Our objective was to evaluate the U.S. Postal Inspection Service’s oversight of case management reporting requirements related to arrests. We also determined whether the Postal Inspection Service reports its results to National Instant Criminal Background Check System.

Postal Inspection Service inspectors lead investigations involving postal crimes such as mail fraud and mail theft, execute federal search warrants, and make arrests. They also participate in investigations with other federal, state, and local law enforcement agencies that have a postal nexus, such as mailing of illegal drugs. The requirements for conducting and documenting their investigations are in the Case Management Reporting Guidelines (the Guidelines) and Case Closing Checklist. Inspectors use the Case Management System (CMS) to document investigations and arrests. In fiscal year (FY) 2020, postal inspectors reported 4,803 arrests and 3,642 convictions related to postal crimes.

We selected a stratified random sample of 190 cases closed in FY 2020 that had associated arrests and reviewed the first arrest for each case to determine whether case documentation in CMS contained support for arrests and met reporting requirements.


The Postal Inspection Service did not provide consistent oversight of case management reporting requirements related to arrests. We identified opportunities to strengthen enforcement of case documentation requirements, align the Guidelines and CMS, and improve guidance on when the Postal Inspection Service should be considered the lead investigative agency. We also found that the Postal Inspection Service is compliant with National Instant Criminal Background Check System reporting requirements.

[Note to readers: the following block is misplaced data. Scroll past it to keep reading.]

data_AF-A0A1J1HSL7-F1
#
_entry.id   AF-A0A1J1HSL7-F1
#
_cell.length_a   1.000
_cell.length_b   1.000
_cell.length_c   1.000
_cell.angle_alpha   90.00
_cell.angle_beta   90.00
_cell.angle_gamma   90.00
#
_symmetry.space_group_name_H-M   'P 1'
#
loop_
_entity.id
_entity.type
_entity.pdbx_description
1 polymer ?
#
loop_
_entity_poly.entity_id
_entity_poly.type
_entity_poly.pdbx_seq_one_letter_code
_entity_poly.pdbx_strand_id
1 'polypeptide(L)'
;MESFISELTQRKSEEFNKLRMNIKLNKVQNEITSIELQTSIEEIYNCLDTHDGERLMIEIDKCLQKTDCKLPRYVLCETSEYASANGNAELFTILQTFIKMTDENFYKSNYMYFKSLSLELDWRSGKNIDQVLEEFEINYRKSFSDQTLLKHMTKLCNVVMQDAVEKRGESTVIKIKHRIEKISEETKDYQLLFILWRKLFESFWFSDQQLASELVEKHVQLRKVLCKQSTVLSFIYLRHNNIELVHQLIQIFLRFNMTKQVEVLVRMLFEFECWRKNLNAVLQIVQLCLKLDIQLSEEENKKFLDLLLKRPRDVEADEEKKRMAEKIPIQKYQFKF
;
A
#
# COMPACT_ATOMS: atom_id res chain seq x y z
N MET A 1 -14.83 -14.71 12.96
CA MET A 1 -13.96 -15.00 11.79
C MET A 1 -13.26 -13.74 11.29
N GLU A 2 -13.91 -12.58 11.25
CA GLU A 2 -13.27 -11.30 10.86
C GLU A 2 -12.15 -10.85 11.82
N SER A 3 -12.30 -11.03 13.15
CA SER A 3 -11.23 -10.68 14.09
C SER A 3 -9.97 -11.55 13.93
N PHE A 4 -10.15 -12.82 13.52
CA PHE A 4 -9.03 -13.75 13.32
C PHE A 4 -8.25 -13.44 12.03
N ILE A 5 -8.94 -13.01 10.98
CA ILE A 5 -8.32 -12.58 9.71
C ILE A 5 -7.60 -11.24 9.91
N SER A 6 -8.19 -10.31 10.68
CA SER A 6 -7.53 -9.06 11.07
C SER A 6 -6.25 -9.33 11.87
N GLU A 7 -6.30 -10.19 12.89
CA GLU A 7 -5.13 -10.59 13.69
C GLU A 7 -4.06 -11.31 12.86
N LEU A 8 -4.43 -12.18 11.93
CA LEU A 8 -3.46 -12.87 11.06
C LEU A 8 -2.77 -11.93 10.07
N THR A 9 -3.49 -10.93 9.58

CMS did not consistently contain case documentation related to arrests required by the Guidelines, such as fingerprints, photographs, or interviews in the 190 cases we reviewed. Additionally, arrest options provided to inspectors in CMS did not align with the types of arrests in the Guidelines. These documentation deficiencies occurred because team leaders did not properly complete case closing checklists and no management process exists to ensure these checklists are completed. Consequently, the Postal Inspection Service lacks assurance that postal inspectors are properly claiming the type of arrests. As a result of the missing documentation, we estimate total unsupported questioned costs to be $36,285 for workhours associated with arrests in FY 2020.

We also found postal inspectors incorrectly selected the Postal Inspection Service as the lead agency in 23 of 125 (18 percent) cases in CMS that identified the Inspection Service as lead agency. This issue occurred because the Guidelines do not specify how to determine the lead agency for a case or how to document the decision, potentially causing lead agency determinations to improperly contribute to management decisions about personnel and funding.


We recommended management:

  • Create a process to ensure case documentation requirements, including those needed to support the type of arrests claimed, are enforced.
  • Update Case Management Reporting Guidelines to provide criteria for determining the lead agency for a case and how to document that decision.

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Comments (2)

  • anon

    There was an arrest made to a lady mail carrier at the Hawthorne Post Office 90250, she even ran from USPS police and she was later promoted to supervisor. She has gang ties and her mail truck was broken into twice, seems like inside crime to me. How can someone with criminal record be a supervisor when she shouldn’t even be handling mail.

    Oct 29, 2021
  • anon

    I worked for the post office for 6 months. I informed them that I had a background from 2013. After 6 months they let me go because of my background. I am able to be bonded. I just feel this is unfair.

    Oct 28, 2021